The Netherlands is much more relaxed. Dutch people really know how to have fun and they like to celebrate things and do a lot of that in school also. Children are taught from a very young age to “zelf doen”, which means “do it yourself”, so they are raised to be more independent and self-sufficient. Children play without the parents helicoptering around them at all times and learn to manage themselves more. Of course there is a downside to that as well, in the social interaction, because it is much more unsupervised it is more ruled by the law of the jungle. The older and stronger kids run the show and are pretty merciless towards smaller children. Also in the schools the focus on performance is extreme and not a lot of attention is given to social skills, whereas in Sweden the focus on empathy and social interaction is huge.

Another big difference I see is that in Sweden the focus on gender equality in schools and daycare is immense, and here in the Netherlands I haven’t seen anything related to it. Here it is still outspoken in class that boys are stronger than girls or that boys do this, girls do that. At home I do what I can to empower my daughters to not feel limited by other people’s expectations but I wish this sentiment were more widespread than it is.

And what does that mean for your family? 

I see that our values and beliefs at time clash with the Dutch and their views on what is normal and acceptable. As parents we try to balance raising our children true to our values while at the same time trying to integrate into a new society. It is challenging when the clashes revolve around core values we are not willing to compromise on. Raising children away from home means you have to pick your battles when it comes to ways of doing things. There will be things you can let go of but there will also be times where you have to put your foot down and stand up for what you believe in.

What does a typical day with the kids look like for you?

My oldest one goes to school every day and my youngest goes to daycare 2.5 days a week. If both kids are out I take the time to work and, since I have limited time, I have to-do lists for those days so I really focus on the things I need to do and not get distracted with things I can do while they are home. I pick them up at 3pm and we spend the afternoon playing together, or if they are tired and over-stimulated they sometimes choose to play different things. My husband comes home around dinnertime and we sit down to eat together. Then it’s unwinding time, with bath and some TV before we do the bedtime routine.

If a family was visiting the town / city where you currently live for a day, what must they see and do?

Great question, I wouldn’t know! Haha, Eindhoven is really an industrial city so there is not really much to see! I would probably take them somewhere else, like The Hague or somewhere a bit nicer.

Hanging out with Studio 100 characters at Plopsaland

Hanging out with Studio 100 characters at Plopsaland

The girls outside their daycare

The girls outside their daycare

Top tips:

Favourite family activity: We like going to Centerparcs, which is like a park with bungalows, a petting zoo, a lake for water sports, an indoor adventure pool, miniature golf, pony riding, wall climbing, paintball etc. The kids love it and always have fun there.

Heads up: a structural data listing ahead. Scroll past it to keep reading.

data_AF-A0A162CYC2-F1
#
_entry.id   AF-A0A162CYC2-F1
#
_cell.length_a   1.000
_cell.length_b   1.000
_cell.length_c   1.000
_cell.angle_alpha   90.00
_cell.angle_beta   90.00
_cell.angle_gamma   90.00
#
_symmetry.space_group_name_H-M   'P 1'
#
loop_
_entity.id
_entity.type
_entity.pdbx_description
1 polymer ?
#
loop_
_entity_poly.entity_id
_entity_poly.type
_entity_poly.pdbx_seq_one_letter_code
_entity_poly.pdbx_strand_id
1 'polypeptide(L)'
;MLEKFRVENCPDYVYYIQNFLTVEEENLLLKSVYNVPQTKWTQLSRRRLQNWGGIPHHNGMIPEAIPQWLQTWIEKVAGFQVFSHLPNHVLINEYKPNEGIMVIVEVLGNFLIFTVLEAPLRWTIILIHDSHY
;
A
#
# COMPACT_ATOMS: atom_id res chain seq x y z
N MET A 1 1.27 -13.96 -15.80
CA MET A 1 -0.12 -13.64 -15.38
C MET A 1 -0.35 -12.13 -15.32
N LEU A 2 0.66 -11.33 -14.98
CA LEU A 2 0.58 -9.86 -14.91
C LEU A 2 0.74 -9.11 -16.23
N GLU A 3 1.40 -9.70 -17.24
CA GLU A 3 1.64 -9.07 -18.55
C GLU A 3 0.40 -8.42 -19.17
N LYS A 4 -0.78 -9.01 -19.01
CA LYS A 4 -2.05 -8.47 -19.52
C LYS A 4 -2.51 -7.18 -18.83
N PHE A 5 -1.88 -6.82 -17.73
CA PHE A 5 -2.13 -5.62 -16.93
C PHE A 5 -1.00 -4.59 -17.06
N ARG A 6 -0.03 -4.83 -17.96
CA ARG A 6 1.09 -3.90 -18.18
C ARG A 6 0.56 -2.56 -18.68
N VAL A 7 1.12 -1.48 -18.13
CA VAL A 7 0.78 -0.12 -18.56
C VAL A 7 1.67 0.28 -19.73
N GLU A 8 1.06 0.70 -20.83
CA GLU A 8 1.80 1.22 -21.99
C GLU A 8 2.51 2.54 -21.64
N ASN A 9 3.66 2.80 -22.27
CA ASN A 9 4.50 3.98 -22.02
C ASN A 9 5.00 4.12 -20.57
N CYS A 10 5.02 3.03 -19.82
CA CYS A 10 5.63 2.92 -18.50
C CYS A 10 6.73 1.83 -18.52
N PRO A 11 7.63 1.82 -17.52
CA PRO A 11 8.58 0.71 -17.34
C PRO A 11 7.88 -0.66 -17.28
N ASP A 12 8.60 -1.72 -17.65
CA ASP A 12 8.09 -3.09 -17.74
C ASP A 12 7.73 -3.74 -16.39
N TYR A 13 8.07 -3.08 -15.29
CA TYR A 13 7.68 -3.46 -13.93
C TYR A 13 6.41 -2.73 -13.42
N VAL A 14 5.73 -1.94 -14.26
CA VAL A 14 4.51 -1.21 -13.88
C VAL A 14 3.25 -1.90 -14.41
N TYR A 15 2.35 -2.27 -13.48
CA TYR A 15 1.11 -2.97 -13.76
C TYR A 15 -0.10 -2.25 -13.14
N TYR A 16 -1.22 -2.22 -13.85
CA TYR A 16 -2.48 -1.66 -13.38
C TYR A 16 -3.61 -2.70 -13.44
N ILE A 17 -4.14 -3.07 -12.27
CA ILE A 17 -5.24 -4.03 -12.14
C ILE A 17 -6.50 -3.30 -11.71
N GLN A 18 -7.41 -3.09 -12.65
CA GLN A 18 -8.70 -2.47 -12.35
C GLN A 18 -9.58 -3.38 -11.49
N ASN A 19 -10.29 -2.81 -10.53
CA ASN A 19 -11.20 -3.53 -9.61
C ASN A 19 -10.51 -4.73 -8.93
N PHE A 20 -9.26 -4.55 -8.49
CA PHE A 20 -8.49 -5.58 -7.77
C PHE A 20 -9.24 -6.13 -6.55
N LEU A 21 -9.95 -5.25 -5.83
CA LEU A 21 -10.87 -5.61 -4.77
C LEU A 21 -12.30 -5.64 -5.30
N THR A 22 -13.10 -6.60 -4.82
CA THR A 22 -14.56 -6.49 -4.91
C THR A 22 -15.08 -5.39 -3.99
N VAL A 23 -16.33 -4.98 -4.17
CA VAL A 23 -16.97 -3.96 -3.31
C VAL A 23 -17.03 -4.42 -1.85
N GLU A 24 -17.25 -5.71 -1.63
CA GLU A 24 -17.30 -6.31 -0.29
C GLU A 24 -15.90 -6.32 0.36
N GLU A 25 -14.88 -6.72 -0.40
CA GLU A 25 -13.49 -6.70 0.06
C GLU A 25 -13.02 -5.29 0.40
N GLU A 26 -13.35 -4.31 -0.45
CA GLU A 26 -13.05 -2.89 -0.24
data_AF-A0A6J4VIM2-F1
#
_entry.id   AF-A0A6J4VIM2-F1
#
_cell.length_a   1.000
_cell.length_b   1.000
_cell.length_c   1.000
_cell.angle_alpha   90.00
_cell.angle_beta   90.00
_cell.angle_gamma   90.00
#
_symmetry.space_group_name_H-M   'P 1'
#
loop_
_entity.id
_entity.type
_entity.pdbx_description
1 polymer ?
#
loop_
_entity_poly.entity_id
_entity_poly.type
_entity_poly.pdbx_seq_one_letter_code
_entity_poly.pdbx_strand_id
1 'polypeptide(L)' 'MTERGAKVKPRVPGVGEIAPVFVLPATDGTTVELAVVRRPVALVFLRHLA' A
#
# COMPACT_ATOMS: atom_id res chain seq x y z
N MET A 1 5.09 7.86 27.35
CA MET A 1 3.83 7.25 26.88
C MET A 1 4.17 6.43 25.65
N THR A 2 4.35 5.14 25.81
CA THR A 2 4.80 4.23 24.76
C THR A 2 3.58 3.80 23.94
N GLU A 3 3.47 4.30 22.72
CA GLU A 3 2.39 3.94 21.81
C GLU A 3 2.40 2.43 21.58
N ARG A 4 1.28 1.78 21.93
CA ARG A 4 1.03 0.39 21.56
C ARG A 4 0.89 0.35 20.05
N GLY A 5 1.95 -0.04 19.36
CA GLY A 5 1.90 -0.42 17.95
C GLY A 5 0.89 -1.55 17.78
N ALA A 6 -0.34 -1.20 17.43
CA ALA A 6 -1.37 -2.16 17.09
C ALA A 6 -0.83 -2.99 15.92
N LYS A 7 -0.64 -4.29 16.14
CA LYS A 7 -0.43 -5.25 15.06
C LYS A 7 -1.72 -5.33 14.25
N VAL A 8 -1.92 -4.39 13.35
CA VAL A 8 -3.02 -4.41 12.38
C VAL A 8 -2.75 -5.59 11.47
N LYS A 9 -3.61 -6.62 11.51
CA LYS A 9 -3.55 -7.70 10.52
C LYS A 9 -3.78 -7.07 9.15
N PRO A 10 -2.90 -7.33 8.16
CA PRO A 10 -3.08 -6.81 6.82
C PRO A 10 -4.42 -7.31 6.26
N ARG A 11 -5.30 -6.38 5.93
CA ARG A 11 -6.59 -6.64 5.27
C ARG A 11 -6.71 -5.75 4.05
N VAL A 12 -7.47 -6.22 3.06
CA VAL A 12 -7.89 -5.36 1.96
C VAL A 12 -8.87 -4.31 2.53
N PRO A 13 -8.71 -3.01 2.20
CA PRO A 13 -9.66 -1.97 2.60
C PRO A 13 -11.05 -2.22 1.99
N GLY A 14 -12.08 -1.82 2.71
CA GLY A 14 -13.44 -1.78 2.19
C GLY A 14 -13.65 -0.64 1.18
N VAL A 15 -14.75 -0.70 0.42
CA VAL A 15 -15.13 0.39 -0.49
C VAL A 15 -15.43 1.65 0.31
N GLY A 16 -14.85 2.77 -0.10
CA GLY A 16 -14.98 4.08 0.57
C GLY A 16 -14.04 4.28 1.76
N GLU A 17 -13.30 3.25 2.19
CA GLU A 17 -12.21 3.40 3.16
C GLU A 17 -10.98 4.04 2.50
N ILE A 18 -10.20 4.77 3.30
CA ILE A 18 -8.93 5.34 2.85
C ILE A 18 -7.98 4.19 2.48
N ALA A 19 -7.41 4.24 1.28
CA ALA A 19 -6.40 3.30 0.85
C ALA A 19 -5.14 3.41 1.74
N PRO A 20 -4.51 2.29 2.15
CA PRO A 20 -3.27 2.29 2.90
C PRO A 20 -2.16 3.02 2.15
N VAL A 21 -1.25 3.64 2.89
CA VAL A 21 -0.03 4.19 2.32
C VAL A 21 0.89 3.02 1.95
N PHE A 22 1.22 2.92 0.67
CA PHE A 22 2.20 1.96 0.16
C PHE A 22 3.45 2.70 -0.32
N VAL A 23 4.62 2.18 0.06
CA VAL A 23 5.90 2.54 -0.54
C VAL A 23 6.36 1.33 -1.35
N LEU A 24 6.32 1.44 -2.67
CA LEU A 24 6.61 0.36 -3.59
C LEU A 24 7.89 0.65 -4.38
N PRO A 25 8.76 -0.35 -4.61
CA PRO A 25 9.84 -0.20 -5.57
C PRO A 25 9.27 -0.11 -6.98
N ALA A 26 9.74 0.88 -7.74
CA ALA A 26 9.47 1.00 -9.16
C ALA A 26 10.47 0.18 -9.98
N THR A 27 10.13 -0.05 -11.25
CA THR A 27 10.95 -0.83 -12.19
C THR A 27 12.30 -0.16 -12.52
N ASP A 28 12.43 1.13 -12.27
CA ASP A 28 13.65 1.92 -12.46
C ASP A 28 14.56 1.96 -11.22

Children's book: I don’t know about Dutch books, but Studio 100 is big here, which is a Belgian-Dutch version of Disney with its own super heroes and characters.

Parenting hack: If there is something you don’t know, ask your neighbor! Neighbours are really close here and you can ask them for pretty much anything.

One thing you can get faraway that you can't at home: A house! Houses are much more affordable here than in Sweden.

One thing from home that's been a godsend: Swedish outdoor-wear for the kids – you can’t beat it!

What do you love about being a faraway mum?

I love how we get to experience different places and cultures as a family. I love how open-minded it has made my children and how curious they are about the world and how other people live. For them everything that is different is interesting and something to explore rather than something scary or to be wary about. I love how living in different places has made them so adaptable and flexible, and whenever we go to a new place they immediately feel at home. I can’t wait to see where life takes them.

And what do you struggle with?

That they don’t get to see their grandparents as much as I would like. They have an amazing relationship so it would have been so nice to have them close by.

I also struggle with not having a support system. My husband travels 75% of the time and it all lands on me, so if I get sick or something happens while he is away I am really in trouble. I have had to take care of them by myself while suffering with the stomach flu, and one time they suspected my oldest had appendicitis so we were stuck in the hospital for hours and I had to have then youngest with me the whole time. Those were times it would have been nice to have someone like grandparents close by to jump in.

Are you forever faraway, or is this just a temporary thing?

Since my husband and I are different nationalities we don’t have a home country in common. So I guess one day one of our faraways will become our permanent home!

What advice would you give to parents new to living far from home?

Pick your battles, cut yourself some slack and try if you can to surround yourself with people who give you energy and support you. Being a faraway mom can sometimes be overwhelming so don’t forget to take care of yourself as well!


Thank you so much, Cynthia, for sharing your experiences and advice – I found it really fascinating. I hope you and your family continue to enjoy your amazing faraway adventure for as long as it may last!